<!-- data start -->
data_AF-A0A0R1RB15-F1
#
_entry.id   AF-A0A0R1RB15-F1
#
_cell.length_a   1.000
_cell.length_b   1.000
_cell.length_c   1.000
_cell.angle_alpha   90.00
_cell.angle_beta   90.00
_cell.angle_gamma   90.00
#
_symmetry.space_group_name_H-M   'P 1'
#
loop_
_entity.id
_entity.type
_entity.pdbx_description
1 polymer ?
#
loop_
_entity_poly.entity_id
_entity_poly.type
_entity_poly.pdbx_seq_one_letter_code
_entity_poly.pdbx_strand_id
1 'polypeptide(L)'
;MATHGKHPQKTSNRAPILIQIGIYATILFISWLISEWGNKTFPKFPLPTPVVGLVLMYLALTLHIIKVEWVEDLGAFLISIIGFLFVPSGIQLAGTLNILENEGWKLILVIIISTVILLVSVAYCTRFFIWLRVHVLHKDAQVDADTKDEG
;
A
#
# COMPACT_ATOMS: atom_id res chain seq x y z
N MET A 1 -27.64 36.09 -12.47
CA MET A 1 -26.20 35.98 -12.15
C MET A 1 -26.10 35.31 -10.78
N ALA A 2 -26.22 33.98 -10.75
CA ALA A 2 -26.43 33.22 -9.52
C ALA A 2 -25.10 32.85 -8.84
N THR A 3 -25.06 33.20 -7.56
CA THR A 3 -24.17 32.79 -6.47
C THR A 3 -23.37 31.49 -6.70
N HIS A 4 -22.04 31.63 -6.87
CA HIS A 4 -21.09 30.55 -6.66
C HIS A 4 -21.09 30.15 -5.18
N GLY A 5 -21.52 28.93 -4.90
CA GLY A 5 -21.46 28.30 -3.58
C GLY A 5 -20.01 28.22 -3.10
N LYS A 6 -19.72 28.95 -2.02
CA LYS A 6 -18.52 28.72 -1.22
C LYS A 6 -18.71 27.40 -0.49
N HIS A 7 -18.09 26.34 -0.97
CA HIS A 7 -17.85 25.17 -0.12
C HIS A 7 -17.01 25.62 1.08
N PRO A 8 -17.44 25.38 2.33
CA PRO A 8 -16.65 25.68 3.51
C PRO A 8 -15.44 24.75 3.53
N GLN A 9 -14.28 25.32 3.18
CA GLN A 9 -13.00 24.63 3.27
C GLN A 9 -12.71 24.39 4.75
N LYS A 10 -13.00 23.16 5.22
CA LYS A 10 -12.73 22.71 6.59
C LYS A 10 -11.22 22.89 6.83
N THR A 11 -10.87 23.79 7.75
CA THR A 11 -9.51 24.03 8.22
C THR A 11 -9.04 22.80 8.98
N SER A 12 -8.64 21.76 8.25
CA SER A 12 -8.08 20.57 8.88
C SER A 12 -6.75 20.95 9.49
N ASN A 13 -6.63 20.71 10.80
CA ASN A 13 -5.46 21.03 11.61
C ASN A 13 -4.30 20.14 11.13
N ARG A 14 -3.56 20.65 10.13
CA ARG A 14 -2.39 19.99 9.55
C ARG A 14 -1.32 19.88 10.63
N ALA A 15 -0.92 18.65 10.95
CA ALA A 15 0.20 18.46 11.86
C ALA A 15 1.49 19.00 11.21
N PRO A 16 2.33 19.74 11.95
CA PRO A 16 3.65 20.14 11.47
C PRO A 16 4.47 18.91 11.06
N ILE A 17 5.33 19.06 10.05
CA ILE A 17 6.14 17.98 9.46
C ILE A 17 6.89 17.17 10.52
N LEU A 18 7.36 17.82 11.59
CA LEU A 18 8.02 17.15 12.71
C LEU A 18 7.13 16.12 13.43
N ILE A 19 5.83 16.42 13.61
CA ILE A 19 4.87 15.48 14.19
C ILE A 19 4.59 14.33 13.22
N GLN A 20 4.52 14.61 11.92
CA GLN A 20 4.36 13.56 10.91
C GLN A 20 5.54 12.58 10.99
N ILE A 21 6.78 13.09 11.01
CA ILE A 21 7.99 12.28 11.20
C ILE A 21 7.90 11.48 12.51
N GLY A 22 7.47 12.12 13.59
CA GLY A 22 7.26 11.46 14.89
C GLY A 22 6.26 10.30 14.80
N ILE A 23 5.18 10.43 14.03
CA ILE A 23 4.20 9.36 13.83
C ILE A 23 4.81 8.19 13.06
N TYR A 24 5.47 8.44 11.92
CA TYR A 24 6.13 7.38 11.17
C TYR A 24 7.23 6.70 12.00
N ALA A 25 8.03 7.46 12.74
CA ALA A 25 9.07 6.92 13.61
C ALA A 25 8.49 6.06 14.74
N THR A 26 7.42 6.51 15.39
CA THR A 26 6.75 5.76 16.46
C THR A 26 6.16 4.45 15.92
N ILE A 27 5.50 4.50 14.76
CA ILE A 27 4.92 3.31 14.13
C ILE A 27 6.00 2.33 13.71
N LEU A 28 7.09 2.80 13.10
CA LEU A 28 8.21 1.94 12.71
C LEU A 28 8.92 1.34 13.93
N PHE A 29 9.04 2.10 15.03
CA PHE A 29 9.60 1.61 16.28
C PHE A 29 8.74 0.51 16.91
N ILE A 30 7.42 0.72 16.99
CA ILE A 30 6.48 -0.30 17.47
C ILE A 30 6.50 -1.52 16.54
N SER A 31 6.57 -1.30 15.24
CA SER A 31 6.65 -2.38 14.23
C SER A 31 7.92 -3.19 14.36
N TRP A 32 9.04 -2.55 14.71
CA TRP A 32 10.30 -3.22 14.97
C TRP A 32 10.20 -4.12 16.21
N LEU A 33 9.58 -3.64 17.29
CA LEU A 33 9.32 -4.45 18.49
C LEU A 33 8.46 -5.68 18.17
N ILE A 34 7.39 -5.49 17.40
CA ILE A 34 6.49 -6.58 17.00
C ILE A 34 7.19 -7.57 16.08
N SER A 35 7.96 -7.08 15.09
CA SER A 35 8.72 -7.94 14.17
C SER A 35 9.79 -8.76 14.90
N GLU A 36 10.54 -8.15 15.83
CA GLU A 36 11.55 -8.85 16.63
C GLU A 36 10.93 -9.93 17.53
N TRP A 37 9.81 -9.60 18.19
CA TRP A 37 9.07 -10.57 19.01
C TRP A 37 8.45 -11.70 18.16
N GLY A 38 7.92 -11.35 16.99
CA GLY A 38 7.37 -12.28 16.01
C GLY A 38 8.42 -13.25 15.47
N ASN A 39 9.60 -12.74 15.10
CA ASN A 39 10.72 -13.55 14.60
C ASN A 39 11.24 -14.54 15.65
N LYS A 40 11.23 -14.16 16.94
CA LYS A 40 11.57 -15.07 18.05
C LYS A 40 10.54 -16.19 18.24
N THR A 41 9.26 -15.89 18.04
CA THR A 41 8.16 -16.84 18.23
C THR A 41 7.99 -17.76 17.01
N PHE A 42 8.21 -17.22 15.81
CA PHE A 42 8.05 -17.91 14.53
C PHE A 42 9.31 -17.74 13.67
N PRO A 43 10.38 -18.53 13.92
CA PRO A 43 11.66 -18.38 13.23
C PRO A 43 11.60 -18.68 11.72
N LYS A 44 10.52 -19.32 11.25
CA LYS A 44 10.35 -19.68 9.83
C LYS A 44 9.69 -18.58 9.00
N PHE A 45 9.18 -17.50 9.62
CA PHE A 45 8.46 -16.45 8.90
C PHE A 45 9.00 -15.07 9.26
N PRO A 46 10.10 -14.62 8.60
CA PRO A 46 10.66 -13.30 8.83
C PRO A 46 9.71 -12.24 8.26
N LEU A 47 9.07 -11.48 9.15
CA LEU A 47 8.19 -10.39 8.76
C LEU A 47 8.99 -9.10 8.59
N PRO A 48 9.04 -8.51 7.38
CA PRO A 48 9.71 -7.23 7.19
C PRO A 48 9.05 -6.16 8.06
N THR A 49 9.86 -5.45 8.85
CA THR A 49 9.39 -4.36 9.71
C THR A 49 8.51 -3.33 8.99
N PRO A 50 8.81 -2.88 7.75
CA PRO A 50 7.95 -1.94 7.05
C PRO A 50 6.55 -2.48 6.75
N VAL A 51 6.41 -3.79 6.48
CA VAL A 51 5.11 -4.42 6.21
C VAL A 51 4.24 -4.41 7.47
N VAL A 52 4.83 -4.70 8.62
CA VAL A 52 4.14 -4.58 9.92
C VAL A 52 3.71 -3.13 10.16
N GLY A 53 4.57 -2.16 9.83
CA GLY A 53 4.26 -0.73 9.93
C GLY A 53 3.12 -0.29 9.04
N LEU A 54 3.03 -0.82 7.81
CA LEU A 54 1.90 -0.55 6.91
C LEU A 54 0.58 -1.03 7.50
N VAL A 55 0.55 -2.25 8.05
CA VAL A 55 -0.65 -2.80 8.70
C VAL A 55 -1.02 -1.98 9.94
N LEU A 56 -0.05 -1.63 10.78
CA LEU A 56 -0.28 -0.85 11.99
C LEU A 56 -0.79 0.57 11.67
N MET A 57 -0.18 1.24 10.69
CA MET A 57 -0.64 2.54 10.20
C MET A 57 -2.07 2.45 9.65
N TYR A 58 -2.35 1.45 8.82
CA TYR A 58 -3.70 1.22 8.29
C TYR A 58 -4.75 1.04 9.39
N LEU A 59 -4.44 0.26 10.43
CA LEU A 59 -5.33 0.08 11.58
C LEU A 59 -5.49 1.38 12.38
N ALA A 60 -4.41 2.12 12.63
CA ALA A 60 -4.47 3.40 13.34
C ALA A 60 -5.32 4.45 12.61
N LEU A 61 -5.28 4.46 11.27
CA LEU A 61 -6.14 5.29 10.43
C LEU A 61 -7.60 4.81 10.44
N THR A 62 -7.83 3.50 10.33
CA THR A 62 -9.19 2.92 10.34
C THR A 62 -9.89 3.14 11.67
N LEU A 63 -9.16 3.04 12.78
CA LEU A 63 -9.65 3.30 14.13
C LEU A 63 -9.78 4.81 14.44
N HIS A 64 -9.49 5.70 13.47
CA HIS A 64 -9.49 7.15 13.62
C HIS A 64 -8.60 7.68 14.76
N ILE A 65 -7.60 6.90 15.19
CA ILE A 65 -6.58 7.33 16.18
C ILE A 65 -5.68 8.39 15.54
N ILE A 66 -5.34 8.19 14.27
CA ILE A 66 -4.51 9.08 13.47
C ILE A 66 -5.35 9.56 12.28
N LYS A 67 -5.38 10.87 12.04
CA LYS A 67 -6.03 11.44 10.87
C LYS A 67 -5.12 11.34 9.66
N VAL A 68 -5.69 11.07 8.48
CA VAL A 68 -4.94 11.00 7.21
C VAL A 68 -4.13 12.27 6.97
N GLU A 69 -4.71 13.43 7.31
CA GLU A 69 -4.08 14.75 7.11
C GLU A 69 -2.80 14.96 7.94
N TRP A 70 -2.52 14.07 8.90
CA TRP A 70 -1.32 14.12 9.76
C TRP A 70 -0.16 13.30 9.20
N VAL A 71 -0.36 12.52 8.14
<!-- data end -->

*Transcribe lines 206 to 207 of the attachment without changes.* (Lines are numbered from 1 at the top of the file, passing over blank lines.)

CA LEU A 59 -5.33 0.08 11.58
C LEU A 59 -5.49 1.38 12.38